There are several reasons why taming wild horses is a problem, Hunt said.

“First, the wild nature of these horses is what keeps them somewhat safe, and promotes the level of interaction between their own species needed for immediate survival and long-range sustainability. More urgently, close encounters with people and with domestic horses will almost certainly result in the injury or death of some or all of the players. When domestic horses are allowed to mingle with wild horses, the risk of disease or parasite transmission is greatly increased, as is the likelihood of loss of fear resulting in aggression or breeding attempts between the horses. One photo taken recently showed the lone stallion in question being stroked by humans while their horses were hi-lined in camp. A wild stallion approaching a tied domestic horse would very likely end in strangulation of one or both animals. Too, this stallion is now fearless around humans and the breeding instinct will be unencumbered by any efforts by the human to protect domestic mares. The only way to resolve this situation is to remove the young stallion to a life of captivity,” Hunt said.

The captured mustang has been removed to a private pasture where he will be halter broke before he is sent to his new adopters.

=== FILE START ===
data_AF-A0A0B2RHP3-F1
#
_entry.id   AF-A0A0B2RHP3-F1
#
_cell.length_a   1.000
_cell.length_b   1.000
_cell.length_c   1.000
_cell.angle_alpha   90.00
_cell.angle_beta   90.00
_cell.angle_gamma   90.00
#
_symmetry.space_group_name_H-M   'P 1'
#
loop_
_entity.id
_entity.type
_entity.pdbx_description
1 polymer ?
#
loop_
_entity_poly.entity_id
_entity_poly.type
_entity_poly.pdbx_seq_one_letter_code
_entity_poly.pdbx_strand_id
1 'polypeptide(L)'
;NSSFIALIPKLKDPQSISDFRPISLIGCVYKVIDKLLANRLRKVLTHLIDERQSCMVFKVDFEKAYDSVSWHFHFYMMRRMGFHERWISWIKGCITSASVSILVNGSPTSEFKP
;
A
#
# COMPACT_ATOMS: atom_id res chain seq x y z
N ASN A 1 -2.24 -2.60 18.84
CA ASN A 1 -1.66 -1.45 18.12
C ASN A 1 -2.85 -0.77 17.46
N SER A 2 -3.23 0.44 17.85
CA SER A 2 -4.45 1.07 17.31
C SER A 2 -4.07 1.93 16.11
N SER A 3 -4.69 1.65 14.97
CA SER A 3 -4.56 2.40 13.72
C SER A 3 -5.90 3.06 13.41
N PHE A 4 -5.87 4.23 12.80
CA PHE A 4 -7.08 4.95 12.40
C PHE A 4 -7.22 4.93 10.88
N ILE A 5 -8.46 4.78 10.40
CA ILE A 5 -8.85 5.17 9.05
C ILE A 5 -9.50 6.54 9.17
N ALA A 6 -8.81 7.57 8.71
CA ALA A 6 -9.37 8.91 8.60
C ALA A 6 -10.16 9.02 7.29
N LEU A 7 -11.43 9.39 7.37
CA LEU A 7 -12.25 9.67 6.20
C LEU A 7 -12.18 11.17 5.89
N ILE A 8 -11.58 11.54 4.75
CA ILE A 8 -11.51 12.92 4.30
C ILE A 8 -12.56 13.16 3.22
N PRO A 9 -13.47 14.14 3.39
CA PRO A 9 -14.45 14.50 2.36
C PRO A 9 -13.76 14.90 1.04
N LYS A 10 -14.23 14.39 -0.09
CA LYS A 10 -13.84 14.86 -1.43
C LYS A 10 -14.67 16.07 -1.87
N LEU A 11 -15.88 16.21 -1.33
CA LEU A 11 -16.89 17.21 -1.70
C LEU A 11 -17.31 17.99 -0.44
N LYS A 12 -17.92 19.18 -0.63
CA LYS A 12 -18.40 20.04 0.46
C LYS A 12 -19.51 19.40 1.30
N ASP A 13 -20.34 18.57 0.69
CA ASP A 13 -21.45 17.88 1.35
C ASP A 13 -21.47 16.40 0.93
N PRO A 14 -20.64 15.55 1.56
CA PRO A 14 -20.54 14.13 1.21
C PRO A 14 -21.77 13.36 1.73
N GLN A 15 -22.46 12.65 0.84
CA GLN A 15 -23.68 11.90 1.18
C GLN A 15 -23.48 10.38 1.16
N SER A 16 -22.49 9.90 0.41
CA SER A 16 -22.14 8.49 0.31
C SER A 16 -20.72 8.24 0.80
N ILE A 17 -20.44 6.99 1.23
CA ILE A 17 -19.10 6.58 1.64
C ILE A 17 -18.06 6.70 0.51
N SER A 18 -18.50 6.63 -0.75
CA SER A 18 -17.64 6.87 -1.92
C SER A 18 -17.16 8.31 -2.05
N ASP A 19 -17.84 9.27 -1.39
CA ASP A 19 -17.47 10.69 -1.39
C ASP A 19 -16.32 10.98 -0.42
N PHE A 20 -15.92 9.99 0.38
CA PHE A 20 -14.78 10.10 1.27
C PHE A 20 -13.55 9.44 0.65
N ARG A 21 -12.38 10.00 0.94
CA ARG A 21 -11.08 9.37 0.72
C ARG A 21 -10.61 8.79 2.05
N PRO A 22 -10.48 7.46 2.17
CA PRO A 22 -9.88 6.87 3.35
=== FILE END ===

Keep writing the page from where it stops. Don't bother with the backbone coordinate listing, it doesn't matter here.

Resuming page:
“We are fortunate to have a good relationship with the Central Oregon Wild Horse Coalition,” Turner said. “They have been very helpful in finding a good home for the horse.”

The Ochoco National Forest and the Central Oregon Wild Horse Coalition offer these tips and guidelines for camping and recreating around wild horses:

  • Do not harass, chase, or harm wild horses in any way. This is a federal crime and can lead to a hefty fine and even jail time.
  • Do not feed the wild horses. Handing out table scraps, grain, apples, or even livestock salt, can cause the horse to lose the fear necessary for survival. Poultry feed containing wheat, large amounts of grain, small yard apples, and mineral blocks formulated for other livestock can all kill a horse.
  • Do not touch or attempt to tame wild horses. Doing this causes the horse to lose its fear of people and can lead to the horse being permanently removed from its habitat because of public or wild horse safety concerns.
  • Never let wild and domestic horses establish a relationship. Make certain your horse has not been exposed to equine disease and is current on vaccinations and de-worming. Camp away from known water holes and gathering places.